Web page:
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Plátanos, Plátonos, Plátanos


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Plátanos, Plátonos, Plátanos

Melanie Wong | May 10, 2004 03:39 AM

On Cinco de Mayo, the group of girlfriends met in SF’s Mission to check out Platanos, Cocina Latina, offering favorites from the Yucatan and Central America. With five of us, we were able to cut a wide swathe through the menu. In fact we decided to order everything that had plantain in it from which the restaurant derived its name.

We ordered eight appetizers of six different types, listed here as described on the menu.

“Guacamole, $6.75, traditional dip of fresh avocado, red onion, cilantro & lime juice served with plantain mariquitas (chips)”, was our first bite while we studied the menu more closely. Freshly made in a rough hewn style with chunks of fresh dead-ripe avocado, mild and non-spicy. We loved the long lengthwise slices of crackly plantain for scooping it up, although I didn’t feel they went that well together and would have liked a corn chip.

“Pupusas, $6, two Salvadorean masa “cakes” stuffed with cheese & either chicken, shrimp, pork, bean, bell pepper or loroco”, were the priciest pupusas I’ve had. A smaller in diameter than at the homestyle places, we tried one veggie pair with bell pepper and with loroco, and one plate with chicken and shrimp. Though diminutive, they were freshly made and first rate with a slightly chewy yet light cornmeal body with a delicately crisp exterior. Wrapped around a big proportion of filling held, the melted cheese binder oozed on cutting. The bell pepper was very tasty flecked with a dice of roasted sweet red and green peppers and crunchier less cooked bits of pepper. The loroco had more of this indigenous green than other versions I’ve tried, yet I’m still not sure what it tastes like. The chicken was just okay, since I’m not a fan of white meat. The shrimp was my favorite stuffed with succulent, barely cooked sweet shrimp bound with melted cheese. The barely softened curtido hit the right tangy notes complicated with herbal tones. The mild red sauce served on the side was well-made, if not exciting.

“Empanaditas, $6.75” has switched from beef to a chicken filling. The corn masa crust folded over a shredded chicken into a turnover and then fried was speckled with sugar crystals. I knocked off some of the sugar as it was excessive to my taste with the light flavor of the chicken. This was served with a coral-pinkish pastel crema dipping sauce that tasted like sriracha sauce in crema fresca to me. This was my least favorite of the appetizers, but still decent.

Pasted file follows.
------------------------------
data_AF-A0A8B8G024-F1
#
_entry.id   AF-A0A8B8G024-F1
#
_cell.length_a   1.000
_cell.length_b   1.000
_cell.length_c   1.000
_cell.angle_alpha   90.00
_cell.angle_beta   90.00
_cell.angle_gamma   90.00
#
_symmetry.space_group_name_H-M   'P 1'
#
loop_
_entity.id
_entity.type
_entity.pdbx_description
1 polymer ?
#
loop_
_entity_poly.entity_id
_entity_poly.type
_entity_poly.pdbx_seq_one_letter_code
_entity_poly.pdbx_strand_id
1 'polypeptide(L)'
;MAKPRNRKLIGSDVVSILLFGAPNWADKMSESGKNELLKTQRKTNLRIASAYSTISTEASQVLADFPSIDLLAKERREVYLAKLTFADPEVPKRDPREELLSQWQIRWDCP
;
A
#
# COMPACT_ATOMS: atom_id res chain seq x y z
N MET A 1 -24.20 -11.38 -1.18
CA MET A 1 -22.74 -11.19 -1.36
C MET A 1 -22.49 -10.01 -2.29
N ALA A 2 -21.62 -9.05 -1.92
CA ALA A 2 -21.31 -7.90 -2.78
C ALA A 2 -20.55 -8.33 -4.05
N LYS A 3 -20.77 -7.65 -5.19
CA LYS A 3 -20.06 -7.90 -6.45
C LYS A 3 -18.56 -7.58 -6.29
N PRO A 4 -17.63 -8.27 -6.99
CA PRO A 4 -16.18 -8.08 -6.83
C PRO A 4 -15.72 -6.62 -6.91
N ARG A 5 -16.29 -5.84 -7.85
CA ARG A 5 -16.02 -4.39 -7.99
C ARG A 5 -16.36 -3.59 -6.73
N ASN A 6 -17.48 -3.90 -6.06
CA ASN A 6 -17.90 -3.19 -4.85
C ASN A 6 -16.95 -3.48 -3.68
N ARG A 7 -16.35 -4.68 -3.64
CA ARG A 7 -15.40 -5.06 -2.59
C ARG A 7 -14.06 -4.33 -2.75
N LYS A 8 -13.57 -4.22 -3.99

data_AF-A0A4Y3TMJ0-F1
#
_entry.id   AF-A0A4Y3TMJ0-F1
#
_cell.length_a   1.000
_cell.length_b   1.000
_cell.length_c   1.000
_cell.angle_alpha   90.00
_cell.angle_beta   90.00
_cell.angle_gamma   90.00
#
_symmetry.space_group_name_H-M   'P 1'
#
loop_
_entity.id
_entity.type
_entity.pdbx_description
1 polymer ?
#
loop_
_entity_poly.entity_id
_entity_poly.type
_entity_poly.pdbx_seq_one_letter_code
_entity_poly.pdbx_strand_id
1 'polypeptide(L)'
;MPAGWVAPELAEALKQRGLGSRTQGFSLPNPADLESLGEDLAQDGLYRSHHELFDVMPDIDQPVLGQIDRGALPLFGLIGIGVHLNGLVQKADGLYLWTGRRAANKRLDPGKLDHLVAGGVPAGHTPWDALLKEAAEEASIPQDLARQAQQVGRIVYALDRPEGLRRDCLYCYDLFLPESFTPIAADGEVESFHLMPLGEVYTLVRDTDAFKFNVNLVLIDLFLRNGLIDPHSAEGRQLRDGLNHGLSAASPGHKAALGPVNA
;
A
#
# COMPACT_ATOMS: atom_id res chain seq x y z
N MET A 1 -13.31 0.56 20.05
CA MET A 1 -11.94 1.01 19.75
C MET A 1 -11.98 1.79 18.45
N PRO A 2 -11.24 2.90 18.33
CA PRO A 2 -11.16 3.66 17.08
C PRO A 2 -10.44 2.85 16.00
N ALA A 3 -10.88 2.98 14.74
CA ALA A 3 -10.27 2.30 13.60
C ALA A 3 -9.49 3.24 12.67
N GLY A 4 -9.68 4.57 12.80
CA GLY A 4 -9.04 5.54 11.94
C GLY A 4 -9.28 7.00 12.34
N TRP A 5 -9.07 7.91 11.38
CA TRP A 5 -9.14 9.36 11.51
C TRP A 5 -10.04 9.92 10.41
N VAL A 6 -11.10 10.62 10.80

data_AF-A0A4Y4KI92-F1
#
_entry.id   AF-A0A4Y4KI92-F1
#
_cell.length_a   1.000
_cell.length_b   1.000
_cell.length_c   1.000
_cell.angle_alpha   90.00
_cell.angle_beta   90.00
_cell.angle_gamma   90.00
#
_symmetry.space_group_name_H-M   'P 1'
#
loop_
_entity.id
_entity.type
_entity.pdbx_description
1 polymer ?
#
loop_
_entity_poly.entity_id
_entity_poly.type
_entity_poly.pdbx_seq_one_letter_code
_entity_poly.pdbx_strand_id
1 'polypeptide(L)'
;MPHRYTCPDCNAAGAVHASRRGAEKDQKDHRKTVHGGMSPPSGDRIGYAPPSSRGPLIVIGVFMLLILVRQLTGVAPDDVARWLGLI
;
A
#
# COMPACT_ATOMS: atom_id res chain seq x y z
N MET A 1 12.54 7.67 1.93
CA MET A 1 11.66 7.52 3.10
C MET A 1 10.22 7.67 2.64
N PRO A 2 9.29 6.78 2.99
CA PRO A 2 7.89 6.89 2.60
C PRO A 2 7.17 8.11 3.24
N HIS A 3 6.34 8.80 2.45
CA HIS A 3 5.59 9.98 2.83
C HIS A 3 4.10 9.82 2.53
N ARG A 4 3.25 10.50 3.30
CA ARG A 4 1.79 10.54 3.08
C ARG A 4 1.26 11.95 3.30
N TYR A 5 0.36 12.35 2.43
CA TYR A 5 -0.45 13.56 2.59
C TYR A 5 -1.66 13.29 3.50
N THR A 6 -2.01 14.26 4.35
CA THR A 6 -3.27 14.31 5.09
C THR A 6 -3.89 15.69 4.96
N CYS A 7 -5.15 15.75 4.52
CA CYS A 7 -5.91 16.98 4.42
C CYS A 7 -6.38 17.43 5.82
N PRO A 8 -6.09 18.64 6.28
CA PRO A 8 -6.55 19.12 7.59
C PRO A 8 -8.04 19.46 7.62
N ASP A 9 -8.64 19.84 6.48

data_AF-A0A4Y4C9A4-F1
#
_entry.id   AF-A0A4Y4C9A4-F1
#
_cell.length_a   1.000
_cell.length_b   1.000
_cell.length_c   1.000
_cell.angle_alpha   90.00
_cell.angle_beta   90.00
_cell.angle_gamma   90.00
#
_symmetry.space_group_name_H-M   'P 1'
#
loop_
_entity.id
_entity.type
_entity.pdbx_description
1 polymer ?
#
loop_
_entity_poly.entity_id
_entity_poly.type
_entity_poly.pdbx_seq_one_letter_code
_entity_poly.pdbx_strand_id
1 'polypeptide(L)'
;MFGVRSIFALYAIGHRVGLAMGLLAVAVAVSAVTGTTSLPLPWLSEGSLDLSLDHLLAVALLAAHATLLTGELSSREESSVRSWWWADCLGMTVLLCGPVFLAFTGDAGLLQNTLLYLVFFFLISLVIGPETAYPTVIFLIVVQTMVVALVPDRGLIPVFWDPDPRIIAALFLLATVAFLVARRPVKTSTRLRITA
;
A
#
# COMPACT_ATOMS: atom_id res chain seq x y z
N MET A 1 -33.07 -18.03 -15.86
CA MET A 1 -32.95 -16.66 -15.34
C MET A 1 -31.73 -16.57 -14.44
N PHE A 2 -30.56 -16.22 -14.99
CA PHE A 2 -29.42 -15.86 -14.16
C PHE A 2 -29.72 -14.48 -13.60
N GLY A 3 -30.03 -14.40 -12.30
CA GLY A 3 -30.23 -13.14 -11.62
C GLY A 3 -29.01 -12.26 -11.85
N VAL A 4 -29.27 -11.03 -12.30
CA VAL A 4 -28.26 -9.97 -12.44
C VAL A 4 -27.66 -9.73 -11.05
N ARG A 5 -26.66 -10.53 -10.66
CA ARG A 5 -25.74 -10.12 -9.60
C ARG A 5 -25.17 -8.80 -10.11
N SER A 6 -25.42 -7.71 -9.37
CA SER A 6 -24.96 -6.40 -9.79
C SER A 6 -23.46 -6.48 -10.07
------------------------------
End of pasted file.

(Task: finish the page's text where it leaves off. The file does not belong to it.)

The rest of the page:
“Tostones con Dos Salsas, $6.50, green plantains are fried twice & smashed into flat rounds, served hot with 2 dipping sauces: garlic-cilantro & spicy mayan pumpkin seed.” Shown on the left, served in a fresh banana leaf cone, the tostones were well-executed with a nice firm center with thinner and very crunchy edging. The green cilantro sauce reminded Kathy of the cilantro chutney at North Indian restaurants. It was the better accompaniment for the tostones, although the pumpkin seed salsa was more interesting. The pumpkin seed blend would have been even better with some more chili heat.

“Gallo Pinto con Platanos Maduros, $6.50, Nicaraguan-style sautéed rice & beans with ripe plantains & cilantro crema fresca, shown in the middle, had the ripest plantains. Carmelized to a tee, these were sweet, meltingly soft and yielding. The kidney beans and white rice mounded in the middle and topped with salsa fresca was deliciously savory.

“Panuchos, $6.75, crispy bean-filled tortillas topped with duck confit, tomato salsa, shredded lettuce and radishes”, describes but can’t capture the full flavor and texture of these piled high masa cakes (shown on the right). While I found myself wishing I had some habanero salsa to pep it up, this was my favorite of the appetizers, as much for the spritely fresh taste of the garnishes as the corn cake and duck itself. I suggested to our vegetarian friend that she try the veggies flavored with the salsa. At first she had some trepidation that some duck juices might touch her fork, but after one taste, she was soon poking carefully around the plate to capture the greens untouched by meat. On the way home, I rang up my Mayan cuisine consultant to tell him about this dish. He was taken aback at the incorporation of duck confit, but I assured him that he would admire the Nuevo twist on this antojito when he tried it himself.


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